Whatever the case, this response is a coping mechanism. They don't know what to do with their feelings, so they resort to masturbating to get rid of the nervous energy they're dealing with.
You might notice this behavior whenever you leave your dog alone for a long time or when they're in unfamiliar surroundings. It even occurs with poorly socialized dogs encountering others for the first time.
Unfortunately, masturbating can turn into a compulsive habit. It usually doesn't start that way.
For most dogs that compulsively masturbate, it begins as a response to stress. But the more the dog does it, the more it becomes engrained in its head that it's the right thing to do.
Once it becomes compulsive, it can interfere with a dog's life in many ways. The best thing you can do is contact a trainer or behaviorist to work with your dog and find healthier ways to cope.
A Show of Dominance
As you probably know by now, humping and masturbating can be a show of dominance. Canines operate on a social hierarchy. In the wild, there's always an alpha and multiple followers.
The alpha dog frequently humps the smaller dogs to keep them in their place. The others will respond by showing their bellies in submission.
It doesn't matter that your dog is no longer in a canine pack. You and your family are their new pack! The social hierarchy still exists. As a result, masturbating and humping will still occur.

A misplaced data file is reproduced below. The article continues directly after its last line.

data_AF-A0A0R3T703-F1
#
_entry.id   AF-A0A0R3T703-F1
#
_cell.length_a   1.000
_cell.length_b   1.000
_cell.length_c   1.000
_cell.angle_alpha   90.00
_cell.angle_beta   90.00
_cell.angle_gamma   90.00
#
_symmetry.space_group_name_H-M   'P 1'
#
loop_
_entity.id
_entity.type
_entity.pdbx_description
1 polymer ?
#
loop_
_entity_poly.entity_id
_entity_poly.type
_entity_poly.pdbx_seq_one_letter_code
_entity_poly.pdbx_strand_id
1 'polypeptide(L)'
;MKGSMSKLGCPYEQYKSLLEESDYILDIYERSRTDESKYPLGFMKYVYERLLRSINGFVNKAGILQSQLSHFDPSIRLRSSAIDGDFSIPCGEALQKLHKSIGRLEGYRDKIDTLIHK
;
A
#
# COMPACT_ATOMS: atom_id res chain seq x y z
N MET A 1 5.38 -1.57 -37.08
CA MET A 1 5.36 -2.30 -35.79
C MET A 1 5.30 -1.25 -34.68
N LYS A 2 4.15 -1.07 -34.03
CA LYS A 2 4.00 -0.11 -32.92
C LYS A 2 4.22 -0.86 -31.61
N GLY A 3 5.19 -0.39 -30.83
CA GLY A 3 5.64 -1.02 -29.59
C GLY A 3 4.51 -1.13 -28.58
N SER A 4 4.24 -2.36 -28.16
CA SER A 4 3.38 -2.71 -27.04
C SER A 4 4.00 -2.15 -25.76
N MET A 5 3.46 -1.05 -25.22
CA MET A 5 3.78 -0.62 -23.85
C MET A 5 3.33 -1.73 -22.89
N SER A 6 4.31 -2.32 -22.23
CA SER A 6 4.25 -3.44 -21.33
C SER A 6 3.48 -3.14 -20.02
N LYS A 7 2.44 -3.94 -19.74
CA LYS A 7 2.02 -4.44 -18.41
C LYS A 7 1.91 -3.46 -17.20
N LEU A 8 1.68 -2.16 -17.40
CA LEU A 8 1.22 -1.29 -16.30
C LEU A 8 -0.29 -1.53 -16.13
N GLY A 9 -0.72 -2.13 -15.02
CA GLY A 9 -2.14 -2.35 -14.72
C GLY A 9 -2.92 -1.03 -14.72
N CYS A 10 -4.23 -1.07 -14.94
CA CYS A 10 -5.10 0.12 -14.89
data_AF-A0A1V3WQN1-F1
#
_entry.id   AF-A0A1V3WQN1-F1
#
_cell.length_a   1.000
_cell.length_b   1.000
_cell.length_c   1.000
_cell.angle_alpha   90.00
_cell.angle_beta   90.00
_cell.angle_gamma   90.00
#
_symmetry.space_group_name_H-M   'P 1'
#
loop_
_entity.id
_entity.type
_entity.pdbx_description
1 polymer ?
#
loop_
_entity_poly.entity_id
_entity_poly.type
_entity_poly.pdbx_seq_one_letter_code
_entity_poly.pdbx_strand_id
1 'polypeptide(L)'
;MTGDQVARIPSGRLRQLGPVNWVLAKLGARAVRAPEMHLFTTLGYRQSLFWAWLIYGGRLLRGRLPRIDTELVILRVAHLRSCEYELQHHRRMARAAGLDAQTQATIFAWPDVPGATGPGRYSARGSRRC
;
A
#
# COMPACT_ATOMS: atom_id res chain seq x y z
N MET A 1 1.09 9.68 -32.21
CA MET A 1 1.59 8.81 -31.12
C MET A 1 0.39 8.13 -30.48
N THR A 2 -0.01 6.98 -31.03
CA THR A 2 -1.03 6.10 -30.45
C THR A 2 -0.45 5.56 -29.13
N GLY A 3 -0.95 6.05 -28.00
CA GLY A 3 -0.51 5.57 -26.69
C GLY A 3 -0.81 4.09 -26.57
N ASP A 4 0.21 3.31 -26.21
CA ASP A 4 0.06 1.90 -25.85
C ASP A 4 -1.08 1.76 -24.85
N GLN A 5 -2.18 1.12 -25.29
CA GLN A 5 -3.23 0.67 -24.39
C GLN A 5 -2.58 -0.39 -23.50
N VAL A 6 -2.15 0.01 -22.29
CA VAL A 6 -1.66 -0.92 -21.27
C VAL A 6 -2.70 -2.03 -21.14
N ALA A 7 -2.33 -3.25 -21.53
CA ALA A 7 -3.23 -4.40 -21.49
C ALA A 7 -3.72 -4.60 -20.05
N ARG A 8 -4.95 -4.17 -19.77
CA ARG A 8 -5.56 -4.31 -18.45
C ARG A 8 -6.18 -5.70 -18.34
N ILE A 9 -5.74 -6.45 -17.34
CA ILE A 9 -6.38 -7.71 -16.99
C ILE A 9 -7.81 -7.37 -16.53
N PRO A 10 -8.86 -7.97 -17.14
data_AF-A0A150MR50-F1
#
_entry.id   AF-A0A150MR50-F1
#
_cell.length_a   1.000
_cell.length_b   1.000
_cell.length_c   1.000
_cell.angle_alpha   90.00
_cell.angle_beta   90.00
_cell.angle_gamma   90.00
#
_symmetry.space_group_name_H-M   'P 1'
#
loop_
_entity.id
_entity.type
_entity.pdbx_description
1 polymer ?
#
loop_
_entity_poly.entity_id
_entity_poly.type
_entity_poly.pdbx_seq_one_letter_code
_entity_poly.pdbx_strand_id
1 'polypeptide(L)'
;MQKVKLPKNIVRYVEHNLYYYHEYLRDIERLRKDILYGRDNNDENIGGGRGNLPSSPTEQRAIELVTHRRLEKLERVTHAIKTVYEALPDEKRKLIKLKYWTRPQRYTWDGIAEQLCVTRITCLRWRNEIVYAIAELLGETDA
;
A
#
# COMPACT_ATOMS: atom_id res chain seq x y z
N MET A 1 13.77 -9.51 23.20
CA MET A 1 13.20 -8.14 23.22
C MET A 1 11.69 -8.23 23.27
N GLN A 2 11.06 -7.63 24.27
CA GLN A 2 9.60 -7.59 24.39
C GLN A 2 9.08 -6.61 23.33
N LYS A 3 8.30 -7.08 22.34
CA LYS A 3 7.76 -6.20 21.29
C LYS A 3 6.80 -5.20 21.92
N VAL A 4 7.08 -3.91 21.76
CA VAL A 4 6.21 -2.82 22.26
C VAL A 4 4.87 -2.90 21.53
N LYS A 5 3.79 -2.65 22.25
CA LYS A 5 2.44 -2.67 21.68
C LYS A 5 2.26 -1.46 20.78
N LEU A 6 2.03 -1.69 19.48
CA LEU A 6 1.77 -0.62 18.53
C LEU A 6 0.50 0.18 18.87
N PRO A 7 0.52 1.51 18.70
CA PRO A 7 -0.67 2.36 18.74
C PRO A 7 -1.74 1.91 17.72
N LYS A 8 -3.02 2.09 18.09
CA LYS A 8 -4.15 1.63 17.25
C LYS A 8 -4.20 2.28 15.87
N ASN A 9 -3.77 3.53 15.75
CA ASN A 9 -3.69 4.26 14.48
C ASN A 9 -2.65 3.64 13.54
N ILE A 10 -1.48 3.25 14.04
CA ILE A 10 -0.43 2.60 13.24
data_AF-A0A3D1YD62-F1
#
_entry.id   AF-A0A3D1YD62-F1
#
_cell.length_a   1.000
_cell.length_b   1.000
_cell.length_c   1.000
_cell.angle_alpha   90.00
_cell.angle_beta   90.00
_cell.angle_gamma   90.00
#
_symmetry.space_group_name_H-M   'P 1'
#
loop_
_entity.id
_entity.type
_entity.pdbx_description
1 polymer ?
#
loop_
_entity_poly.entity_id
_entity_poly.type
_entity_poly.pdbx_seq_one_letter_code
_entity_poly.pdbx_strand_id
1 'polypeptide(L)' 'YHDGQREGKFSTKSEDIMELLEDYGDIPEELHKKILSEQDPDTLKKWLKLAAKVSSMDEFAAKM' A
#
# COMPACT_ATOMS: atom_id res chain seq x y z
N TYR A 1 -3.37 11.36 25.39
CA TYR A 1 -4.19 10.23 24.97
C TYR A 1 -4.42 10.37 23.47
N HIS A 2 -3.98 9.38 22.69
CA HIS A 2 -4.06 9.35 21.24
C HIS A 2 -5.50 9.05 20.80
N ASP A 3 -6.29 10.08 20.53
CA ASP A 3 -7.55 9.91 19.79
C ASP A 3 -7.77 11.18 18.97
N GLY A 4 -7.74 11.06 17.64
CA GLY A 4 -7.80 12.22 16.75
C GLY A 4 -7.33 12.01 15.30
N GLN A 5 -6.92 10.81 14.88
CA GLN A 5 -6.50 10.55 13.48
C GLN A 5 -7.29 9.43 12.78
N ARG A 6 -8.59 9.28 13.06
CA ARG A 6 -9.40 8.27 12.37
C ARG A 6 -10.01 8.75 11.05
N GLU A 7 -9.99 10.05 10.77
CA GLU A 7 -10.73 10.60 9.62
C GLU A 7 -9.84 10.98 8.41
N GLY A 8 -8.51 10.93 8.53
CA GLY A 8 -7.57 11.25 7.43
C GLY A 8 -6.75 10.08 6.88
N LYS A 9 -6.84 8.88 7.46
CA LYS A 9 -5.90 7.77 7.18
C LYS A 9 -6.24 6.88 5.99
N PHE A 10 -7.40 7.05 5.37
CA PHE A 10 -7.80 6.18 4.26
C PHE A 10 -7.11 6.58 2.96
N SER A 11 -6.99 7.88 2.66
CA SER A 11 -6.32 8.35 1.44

Typically, dogs will hump smaller dogs or other pets. You may need to contact a trainer if they hump you to show dominance.
Last but not least, let's talk about medical problems. Dogs are not immune to health issues, and many conditions can lead a dog to masturbate more often than average.
In these cases, it's not about sexual instincts or gratifications. Usually, it's an attempt to get relief!
The most common health problems of masturbation include urinary tract infections, incontinence, allergies, and priapism.
Urinary tract infections and incontinence can be painful. Infections often cause a burning sensation. Meanwhile, the inability to urinate can cause the bladder to fill to the point of pain.
In both cases, masturbation is your dog's attempt to address the problem.
The same goes for skin allergies. You might not see rashes or inflammation, but allergies often affect the delicate skin of the groin.